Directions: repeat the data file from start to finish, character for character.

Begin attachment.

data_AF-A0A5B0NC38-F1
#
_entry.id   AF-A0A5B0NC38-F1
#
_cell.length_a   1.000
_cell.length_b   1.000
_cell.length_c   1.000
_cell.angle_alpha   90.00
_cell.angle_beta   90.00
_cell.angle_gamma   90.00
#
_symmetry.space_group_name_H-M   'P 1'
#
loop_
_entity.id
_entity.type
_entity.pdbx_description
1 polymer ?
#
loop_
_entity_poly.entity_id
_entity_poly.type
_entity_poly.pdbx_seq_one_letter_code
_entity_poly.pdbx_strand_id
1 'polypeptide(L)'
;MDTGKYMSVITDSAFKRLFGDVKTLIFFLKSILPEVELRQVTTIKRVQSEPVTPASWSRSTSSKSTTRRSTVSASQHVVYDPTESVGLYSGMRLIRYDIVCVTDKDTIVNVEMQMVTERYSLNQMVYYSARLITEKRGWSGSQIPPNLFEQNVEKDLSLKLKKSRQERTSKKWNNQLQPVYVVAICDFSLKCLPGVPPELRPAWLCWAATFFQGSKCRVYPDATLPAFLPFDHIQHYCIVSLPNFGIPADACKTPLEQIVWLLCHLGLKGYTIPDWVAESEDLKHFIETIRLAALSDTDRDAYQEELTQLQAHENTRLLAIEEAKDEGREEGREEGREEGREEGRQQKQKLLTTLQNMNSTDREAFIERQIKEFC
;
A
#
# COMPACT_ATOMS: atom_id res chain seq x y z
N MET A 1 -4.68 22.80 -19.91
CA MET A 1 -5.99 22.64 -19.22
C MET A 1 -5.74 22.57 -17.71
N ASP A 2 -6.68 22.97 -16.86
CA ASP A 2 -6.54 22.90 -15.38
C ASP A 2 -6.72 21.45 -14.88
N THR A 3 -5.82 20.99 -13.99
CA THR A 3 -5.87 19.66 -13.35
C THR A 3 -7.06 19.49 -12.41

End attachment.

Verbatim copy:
data_AF-A0A5B0NC38-F1
#
_entry.id   AF-A0A5B0NC38-F1
#
_cell.length_a   1.000
_cell.length_b   1.000
_cell.length_c   1.000
_cell.angle_alpha   90.00
_cell.angle_beta   90.00
_cell.angle_gamma   90.00
#
_symmetry.space_group_name_H-M   'P 1'
#
loop_
_entity.id
_entity.type
_entity.pdbx_description
1 polymer ?
#
loop_
_entity_poly.entity_id
_entity_poly.type
_entity_poly.pdbx_seq_one_letter_code
_entity_poly.pdbx_strand_id
1 'polypeptide(L)'
;MDTGKYMSVITDSAFKRLFGDVKTLIFFLKSILPEVELRQVTTIKRVQSEPVTPASWSRSTSSKSTTRRSTVSASQHVVYDPTESVGLYSGMRLIRYDIVCVTDKDTIVNVEMQMVTERYSLNQMVYYSARLITEKRGWSGSQIPPNLFEQNVEKDLSLKLKKSRQERTSKKWNNQLQPVYVVAICDFSLKCLPGVPPELRPAWLCWAATFFQGSKCRVYPDATLPAFLPFDHIQHYCIVSLPNFGIPADACKTPLEQIVWLLCHLGLKGYTIPDWVAESEDLKHFIETIRLAALSDTDRDAYQEELTQLQAHENTRLLAIEEAKDEGREEGREEGREEGREEGRQQKQKLLTTLQNMNSTDREAFIERQIKEFC
;
A
#
# COMPACT_ATOMS: atom_id res chain seq x y z
N MET A 1 -4.68 22.80 -19.91
CA MET A 1 -5.99 22.64 -19.22
C MET A 1 -5.74 22.57 -17.71
N ASP A 2 -6.68 22.97 -16.86
CA ASP A 2 -6.54 22.90 -15.38
C ASP A 2 -6.72 21.45 -14.88
N THR A 3 -5.82 20.99 -13.99
CA THR A 3 -5.87 19.66 -13.35
C THR A 3 -7.06 19.49 -12.41